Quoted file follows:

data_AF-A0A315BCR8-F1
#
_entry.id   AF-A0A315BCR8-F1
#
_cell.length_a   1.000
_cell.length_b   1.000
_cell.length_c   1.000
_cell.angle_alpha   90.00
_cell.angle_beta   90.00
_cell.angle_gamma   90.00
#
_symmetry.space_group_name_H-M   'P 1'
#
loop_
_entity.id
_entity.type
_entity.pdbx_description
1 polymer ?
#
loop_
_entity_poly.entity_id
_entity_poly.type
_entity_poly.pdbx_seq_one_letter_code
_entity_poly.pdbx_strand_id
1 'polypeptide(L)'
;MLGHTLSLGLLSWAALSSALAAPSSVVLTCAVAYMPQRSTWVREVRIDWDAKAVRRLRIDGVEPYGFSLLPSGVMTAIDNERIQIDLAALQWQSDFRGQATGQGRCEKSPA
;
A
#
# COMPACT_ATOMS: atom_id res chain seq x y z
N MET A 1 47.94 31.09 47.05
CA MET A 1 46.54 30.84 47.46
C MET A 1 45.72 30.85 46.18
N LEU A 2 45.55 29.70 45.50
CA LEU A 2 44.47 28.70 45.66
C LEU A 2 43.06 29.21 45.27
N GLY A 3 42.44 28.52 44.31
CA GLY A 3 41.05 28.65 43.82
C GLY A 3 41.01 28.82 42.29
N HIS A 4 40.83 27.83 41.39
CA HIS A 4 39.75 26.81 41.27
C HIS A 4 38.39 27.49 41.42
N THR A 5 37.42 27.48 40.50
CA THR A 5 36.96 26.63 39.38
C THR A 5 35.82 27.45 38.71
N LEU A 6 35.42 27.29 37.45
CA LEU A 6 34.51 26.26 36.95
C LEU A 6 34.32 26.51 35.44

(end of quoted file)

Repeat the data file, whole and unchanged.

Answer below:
data_AF-A0A315BCR8-F1
#
_entry.id   AF-A0A315BCR8-F1
#
_cell.length_a   1.000
_cell.length_b   1.000
_cell.length_c   1.000
_cell.angle_alpha   90.00
_cell.angle_beta   90.00
_cell.angle_gamma   90.00
#
_symmetry.space_group_name_H-M   'P 1'
#
loop_
_entity.id
_entity.type
_entity.pdbx_description
1 polymer ?
#
loop_
_entity_poly.entity_id
_entity_poly.type
_entity_poly.pdbx_seq_one_letter_code
_entity_poly.pdbx_strand_id
1 'polypeptide(L)'
;MLGHTLSLGLLSWAALSSALAAPSSVVLTCAVAYMPQRSTWVREVRIDWDAKAVRRLRIDGVEPYGFSLLPSGVMTAIDNERIQIDLAALQWQSDFRGQATGQGRCEKSPA
;
A
#
# COMPACT_ATOMS: atom_id res chain seq x y z
N MET A 1 47.94 31.09 47.05
CA MET A 1 46.54 30.84 47.46
C MET A 1 45.72 30.85 46.18
N LEU A 2 45.55 29.70 45.50
CA LEU A 2 44.47 28.70 45.66
C LEU A 2 43.06 29.21 45.27
N GLY A 3 42.44 28.52 44.31
CA GLY A 3 41.05 28.65 43.82
C GLY A 3 41.01 28.82 42.29
N HIS A 4 40.83 27.83 41.39
CA HIS A 4 39.75 26.81 41.27
C HIS A 4 38.39 27.49 41.42
N THR A 5 37.42 27.48 40.50
CA THR A 5 36.96 26.63 39.38
C THR A 5 35.82 27.45 38.71
N LEU A 6 35.42 27.29 37.45
CA LEU A 6 34.51 26.26 36.95
C LEU A 6 34.32 26.51 35.44